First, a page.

Following opener The Shadow Cipher (2017), Ruby’s York trilogy continues.
Ruby returns to her fascinatingly similar-but-different New York City (the Liberty Statue and the Underway replace the Statue of Liberty and the subway; machines such as an animate suit of armor that makes pancakes are not out of the ordinary—but gentrification and the PATH line remain the same). Picking up shortly after the destruction of their building by developer Darnell Slant, Jewish twins Tess and Theo Biederman and their best friend, Trinidadian-Cuban Jaime Cruz, are still on the trail of the treasure promised by the Morningstarr Cipher. This time around the mystery is more complex, and some of the madcap fun has been replaced by a sense of deeper malice; “fixer” Duke Goodson and his “ladies” (all white, as all the villains here seem to be) are crafty foes who even manage to kidnap Tess’ preternaturally intelligent service animal. Meanwhile the “brown-skinned” female superhero from Jaime’s sketchbooks seems to have come to life, and the revelations she drops about the mysterious Morningstarr twins, who transformed the city after arriving there in 1798, move the series from mostly mystery to possibly science fiction but maybe fantasy, in the best way possible, all supported by overt discussion of inclusion, diversity, and social justice.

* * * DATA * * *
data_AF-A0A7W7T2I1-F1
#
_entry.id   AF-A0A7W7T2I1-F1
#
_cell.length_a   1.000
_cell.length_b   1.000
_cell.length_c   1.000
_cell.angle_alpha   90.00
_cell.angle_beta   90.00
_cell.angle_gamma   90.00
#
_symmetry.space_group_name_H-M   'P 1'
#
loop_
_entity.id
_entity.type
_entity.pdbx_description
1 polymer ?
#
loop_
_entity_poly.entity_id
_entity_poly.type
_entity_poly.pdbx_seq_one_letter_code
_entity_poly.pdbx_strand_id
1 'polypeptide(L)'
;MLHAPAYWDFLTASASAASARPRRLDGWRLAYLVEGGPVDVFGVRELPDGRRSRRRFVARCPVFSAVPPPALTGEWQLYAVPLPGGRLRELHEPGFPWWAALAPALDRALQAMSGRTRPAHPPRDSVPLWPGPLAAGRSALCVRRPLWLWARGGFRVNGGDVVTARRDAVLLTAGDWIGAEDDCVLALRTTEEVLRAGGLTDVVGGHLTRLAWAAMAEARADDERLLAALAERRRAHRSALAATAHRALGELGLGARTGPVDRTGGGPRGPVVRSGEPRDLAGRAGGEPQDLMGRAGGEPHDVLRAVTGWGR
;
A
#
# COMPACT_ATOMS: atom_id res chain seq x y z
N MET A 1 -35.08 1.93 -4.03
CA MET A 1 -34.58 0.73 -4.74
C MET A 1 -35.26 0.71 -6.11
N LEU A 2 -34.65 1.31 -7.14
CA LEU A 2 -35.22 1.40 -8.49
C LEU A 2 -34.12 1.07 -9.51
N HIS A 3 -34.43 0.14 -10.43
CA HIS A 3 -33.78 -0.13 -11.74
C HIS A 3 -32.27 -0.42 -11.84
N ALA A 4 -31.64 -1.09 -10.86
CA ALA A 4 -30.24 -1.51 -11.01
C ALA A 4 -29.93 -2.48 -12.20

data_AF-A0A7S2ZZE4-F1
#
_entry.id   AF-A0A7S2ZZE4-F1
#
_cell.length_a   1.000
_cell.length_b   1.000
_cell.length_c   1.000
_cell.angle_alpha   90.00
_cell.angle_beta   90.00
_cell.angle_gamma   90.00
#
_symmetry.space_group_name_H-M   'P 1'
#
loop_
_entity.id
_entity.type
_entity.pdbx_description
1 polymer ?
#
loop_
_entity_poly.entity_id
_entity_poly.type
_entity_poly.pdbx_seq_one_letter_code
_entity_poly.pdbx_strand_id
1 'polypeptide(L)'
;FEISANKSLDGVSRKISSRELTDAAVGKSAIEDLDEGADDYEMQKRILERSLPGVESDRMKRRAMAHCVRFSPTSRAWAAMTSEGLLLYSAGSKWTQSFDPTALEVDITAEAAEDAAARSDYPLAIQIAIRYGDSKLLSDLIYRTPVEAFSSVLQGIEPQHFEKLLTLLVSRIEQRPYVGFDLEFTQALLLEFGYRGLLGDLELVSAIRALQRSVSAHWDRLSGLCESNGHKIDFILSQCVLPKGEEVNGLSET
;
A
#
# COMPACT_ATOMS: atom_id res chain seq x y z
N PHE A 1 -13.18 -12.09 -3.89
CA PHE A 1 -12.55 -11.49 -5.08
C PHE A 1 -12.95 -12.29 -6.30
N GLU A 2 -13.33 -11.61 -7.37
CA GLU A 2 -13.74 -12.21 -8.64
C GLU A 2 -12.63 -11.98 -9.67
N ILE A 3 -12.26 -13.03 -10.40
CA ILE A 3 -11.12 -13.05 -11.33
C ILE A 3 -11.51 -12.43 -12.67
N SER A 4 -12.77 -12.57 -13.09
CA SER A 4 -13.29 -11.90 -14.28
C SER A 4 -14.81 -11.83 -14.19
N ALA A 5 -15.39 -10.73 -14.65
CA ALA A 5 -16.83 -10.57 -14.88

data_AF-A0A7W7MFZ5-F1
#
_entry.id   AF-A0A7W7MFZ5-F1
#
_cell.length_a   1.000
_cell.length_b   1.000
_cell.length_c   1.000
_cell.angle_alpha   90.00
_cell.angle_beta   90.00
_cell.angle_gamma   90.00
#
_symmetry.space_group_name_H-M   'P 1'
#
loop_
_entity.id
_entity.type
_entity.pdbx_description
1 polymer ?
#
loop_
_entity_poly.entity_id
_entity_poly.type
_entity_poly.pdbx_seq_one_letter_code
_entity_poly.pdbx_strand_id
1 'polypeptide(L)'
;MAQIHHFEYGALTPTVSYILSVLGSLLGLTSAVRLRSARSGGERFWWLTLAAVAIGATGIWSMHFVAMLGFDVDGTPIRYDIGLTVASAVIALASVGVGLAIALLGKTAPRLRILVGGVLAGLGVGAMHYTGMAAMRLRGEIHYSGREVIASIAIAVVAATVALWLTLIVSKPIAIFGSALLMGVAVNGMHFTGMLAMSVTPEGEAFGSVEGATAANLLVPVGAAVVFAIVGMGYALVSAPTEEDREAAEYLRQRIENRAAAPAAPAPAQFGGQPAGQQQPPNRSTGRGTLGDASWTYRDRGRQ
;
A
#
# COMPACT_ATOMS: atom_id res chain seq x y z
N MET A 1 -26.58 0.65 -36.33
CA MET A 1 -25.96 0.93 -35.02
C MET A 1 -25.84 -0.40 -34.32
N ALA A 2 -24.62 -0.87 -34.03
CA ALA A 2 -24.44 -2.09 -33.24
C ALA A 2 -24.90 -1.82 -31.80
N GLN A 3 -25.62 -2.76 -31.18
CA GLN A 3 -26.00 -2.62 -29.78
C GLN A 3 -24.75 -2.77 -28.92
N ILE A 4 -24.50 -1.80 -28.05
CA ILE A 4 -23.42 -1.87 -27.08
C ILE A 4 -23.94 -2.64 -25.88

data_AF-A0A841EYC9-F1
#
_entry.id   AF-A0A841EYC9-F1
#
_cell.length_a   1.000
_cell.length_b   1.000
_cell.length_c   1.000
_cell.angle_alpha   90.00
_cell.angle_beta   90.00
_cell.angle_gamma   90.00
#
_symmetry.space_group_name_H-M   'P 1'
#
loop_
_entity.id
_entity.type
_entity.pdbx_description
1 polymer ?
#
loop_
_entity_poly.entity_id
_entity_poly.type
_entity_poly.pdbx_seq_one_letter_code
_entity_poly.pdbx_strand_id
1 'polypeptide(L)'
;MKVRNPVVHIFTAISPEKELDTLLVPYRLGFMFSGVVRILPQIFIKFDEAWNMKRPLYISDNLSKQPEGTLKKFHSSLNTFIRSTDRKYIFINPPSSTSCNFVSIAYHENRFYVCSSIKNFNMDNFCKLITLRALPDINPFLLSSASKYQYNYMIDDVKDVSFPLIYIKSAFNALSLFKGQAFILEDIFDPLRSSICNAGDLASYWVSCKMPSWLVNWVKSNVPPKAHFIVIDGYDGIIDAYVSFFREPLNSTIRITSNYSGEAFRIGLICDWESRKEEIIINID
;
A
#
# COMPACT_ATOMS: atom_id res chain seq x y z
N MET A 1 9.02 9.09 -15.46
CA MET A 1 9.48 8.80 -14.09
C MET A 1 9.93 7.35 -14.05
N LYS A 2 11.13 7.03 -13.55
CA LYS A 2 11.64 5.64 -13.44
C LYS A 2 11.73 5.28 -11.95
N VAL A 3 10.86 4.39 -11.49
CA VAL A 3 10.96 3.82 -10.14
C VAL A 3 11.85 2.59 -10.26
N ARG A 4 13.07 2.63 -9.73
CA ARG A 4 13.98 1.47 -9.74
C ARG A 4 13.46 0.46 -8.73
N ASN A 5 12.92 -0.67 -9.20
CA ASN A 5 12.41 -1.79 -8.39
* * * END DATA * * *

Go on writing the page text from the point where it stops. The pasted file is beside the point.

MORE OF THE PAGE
Woke magical mystery for preteens? Bring on Volume 3, STAT. (Mystery/fantasy. 10-15)